A dynamic channel assignment within the first stage of the transmitter coupler (digital/coupler K) does not require a manual adjustment of the band-pass filters BPI, BPII, . . . , Bk in the second coupler stage. Consequently, the second coupler stage does not have to meet stricter requirements made on the frequency spacing.
Intermodulation products produced by the power amplifier stage LVS appear (when attenuated adequately) on all radio transmission channels, which can be used in the stationary radio station for the transmission of information, and are also radiated by the aerial A. By dimensioning the output stages accordingly whilst utilizing very linear amplifiers, the levels of the intermodulation products can be reduced. In order to keep the number of generated intermodulation products small as well as the frequency range, in which are situated the intermodulation products of the third order having a high level, the baseband multiplex factor M is preferably chosen between M=4, . . . , 8. If one of the power amplifier stages LVS fails during operation, only 4 to 8 radio transmission channels of the radio station will be involved in this failure.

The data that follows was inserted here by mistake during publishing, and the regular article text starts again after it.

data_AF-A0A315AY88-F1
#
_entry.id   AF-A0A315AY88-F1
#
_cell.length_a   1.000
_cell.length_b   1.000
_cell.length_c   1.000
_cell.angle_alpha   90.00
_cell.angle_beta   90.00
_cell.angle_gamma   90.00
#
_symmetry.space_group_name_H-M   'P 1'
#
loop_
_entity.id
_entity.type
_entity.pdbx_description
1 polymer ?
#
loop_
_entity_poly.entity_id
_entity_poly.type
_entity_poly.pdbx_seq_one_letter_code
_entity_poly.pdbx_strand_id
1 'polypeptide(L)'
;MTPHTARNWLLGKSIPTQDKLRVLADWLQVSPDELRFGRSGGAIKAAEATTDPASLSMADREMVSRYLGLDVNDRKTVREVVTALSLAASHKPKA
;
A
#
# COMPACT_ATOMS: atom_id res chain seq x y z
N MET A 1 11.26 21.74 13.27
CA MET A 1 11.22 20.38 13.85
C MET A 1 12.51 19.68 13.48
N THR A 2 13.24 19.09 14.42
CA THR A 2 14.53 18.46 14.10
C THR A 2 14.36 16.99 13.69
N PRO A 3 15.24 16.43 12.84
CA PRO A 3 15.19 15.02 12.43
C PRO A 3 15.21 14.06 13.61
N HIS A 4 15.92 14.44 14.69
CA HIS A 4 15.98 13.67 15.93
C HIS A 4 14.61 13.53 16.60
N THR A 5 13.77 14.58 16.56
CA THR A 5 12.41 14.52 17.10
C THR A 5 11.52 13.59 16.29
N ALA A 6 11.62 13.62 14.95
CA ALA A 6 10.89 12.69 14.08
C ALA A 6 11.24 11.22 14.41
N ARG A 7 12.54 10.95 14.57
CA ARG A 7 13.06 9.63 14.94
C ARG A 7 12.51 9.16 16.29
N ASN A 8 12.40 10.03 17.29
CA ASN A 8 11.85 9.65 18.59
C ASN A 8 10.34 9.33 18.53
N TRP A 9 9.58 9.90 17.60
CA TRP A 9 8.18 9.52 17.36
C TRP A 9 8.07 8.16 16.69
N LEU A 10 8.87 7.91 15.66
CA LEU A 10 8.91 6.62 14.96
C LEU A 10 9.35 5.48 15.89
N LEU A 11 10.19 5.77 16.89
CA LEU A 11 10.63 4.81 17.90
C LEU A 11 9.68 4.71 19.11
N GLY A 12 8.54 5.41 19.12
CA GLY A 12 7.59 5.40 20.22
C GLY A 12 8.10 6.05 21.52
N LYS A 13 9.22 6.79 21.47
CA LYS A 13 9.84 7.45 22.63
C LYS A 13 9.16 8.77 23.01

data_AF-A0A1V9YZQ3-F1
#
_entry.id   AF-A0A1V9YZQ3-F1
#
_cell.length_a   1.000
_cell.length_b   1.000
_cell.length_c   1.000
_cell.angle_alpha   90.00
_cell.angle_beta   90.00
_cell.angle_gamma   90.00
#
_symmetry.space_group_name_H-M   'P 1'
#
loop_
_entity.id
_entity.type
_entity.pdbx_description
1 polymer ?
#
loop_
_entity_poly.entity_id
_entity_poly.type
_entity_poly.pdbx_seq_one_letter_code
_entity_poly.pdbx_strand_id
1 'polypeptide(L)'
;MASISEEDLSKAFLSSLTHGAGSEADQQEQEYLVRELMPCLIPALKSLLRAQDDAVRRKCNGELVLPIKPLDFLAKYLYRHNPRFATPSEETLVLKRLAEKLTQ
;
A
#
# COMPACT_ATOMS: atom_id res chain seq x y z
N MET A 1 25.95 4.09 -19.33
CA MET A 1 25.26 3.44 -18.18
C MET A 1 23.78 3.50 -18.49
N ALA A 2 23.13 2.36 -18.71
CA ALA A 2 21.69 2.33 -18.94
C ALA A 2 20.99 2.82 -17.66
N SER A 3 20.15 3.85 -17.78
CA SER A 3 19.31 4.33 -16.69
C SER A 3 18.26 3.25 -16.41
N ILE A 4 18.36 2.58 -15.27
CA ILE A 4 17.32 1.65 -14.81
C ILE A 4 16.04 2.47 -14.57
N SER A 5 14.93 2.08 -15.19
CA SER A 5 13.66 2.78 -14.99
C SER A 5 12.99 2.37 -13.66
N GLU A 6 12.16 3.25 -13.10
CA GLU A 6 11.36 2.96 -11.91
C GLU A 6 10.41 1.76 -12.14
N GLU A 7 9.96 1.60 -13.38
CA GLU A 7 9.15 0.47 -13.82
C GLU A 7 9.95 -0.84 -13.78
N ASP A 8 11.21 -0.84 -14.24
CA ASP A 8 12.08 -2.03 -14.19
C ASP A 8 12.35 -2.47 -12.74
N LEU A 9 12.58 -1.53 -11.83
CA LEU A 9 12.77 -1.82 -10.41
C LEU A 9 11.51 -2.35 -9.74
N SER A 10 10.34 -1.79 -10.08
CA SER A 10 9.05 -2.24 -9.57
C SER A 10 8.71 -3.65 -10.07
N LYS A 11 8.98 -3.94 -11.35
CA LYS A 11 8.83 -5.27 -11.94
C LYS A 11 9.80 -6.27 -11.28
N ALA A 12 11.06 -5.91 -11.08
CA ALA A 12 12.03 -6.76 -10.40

The arrangement in accordance with the invention of the digital signal processing in the digital coupler K will be further described and explained hereinafter by utilizing the GTFM (Generalised Tamed Frequency Modulation) as known from DE-AS 28 38 984. In the digital coupler K are generated GTFM baseband signals Wi having the bandwidth fk=25 kHz, which are shifted in a pre-group phase and combined additive superpositioning (frequency-division multiplexing). FIG. 3a shows by way of a diagram the spectrums of the individual GTFM baseband signals Wi, shifted and superposed in their respective pre-group phase by quadrature modulation and single sideband modulation, respectively (cf. FIG. 3b).